Brain Imaging and Behavior

, Volume 10, Issue 4, pp 984–994 | Cite as

Morphological alterations in amygdalo-hippocampal substructures in narcolepsy patients with cataplexy

  • Hosung Kim
  • Sooyeon Suh
  • Eun Yeon JooEmail author
  • Seung Bong HongEmail author
Original Research


Although the role of hypocretin-mediated amygdalo-hippocampal dysfunction is hypothesized to be linked with narcolepsy, there have been no human MRI studies investigating the relationship between their regional volume and key symptoms of narcolepsy. To investigate the morphological changes of amygdalo-hippocampus and its relationship with clinical features in patients with narcolepsy, point-wise morphometry that allowed for measuring the regional volumes of amygdalo-hippocampus on T1-weighted MRI was applied. Participants were 33 drug-naïve patients and 35 age-/gender-matched controls (mean ± SD: 27 ± 6 years). We compared hippocampal and amygdalar subfields volumes between patients and controls and correlated between volume and clinical and neuropsychological features in patients. Bilateral hippocampal atrophy (183 vertices) was identified mainly located within the CA1 subfield (FDR < 0.05). Significant amygdalar volume reduction was found in the areas of the centromedial (102 vertices) and laterobasal nuclear groups (LB, 35 vertices). There was no volume increase in patients relative to controls (FDR >0.2). After controlling depressive mood, sleep quality, age, and gender, hippocampal CA1 atrophy and amygdalar centromedial atrophy were associated with longer duration of daytime sleepiness and shorter mean REM sleep latency (|r| >0.44, p < 0.01). The amygdalar centromedial atrophy was associated with longer duration of cataplexy (|r| >0.47, p < 0.005). Subfields atrophy of amygdalo-hippocampus in untreated patients with narcolepsy that was found relative to controls suggests that CA1 of the hippocampus and centromedial area of amygdala are closely related to the severity of narcolepsy and play a crucial role in the circuitry of cataplexy.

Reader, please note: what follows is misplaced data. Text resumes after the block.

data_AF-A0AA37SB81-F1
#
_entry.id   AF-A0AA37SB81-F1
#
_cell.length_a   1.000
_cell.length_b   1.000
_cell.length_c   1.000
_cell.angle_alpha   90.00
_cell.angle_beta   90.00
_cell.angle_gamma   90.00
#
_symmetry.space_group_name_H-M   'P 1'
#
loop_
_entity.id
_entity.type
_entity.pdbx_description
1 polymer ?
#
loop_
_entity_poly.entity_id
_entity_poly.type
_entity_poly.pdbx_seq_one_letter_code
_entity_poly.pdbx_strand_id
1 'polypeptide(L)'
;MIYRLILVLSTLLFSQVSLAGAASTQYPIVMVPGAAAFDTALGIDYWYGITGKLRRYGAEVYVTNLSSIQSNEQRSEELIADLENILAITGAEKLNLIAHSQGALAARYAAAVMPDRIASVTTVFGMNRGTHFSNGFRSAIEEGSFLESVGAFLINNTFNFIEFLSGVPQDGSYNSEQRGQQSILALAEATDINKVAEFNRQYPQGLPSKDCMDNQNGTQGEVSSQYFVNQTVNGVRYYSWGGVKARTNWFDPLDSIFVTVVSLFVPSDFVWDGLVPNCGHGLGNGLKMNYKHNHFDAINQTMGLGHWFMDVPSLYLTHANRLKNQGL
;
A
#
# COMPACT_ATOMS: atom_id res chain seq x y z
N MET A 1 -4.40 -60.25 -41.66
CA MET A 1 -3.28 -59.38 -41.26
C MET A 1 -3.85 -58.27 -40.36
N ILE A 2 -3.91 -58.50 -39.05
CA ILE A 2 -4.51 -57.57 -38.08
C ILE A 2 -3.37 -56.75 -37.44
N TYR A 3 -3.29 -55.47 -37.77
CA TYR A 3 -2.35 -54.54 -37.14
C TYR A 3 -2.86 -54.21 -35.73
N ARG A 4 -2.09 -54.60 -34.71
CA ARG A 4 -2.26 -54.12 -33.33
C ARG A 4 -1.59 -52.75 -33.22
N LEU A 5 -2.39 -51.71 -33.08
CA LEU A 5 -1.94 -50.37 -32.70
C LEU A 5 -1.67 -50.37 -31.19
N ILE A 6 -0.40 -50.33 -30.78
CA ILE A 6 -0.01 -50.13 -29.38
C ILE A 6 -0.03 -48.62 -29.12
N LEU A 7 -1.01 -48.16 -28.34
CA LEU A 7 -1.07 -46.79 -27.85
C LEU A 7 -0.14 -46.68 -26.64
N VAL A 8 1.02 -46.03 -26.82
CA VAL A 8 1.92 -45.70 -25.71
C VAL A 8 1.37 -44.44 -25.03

Narcolepsy Amygdale Hippocampus Surface analysis MRI volumetry 



This study was funded by Basic Science Research Program through the National Research Foundation of Korea of the Ministry of Science, ICT & Future Planning, Republic of Korea (No. 2014R1A1A3049510) and by Samsung Biomedical Research Institute grant (#OTX0002111).

Conflict of interest

All authors (Kim H, Suh S, Joo EY, and Hong SB) declare that they have no conflict of interest.

Ethical approval

All procedures performed in studies involving human participants were in accordance with the ethical standards of the institutional and/or national research committee and with the 1964 Helsinki declaration and its later amendments or comparable ethical standards.

Informed consent

Informed consent was obtained from all individual participants included in the study.


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Copyright information

© Springer Science+Business Media New York 2015

Authors and Affiliations

  1. 1.Department of Neurology, Neuroscience Center, Samsung Medical Center, Samsung Biomedical Research InstituteSungkyunkwan University School of MedicineSeoulKorea
  2. 2.Department of Radiology and Biomedical ImagingUniversity of California, San FranciscoSan FranciscoUSA
  3. 3.Department of PsychologySungshin Women’s UniversitySeoulKorea
  4. 4.Department of PsychiatryStanford UniversityRedwood CityUSA

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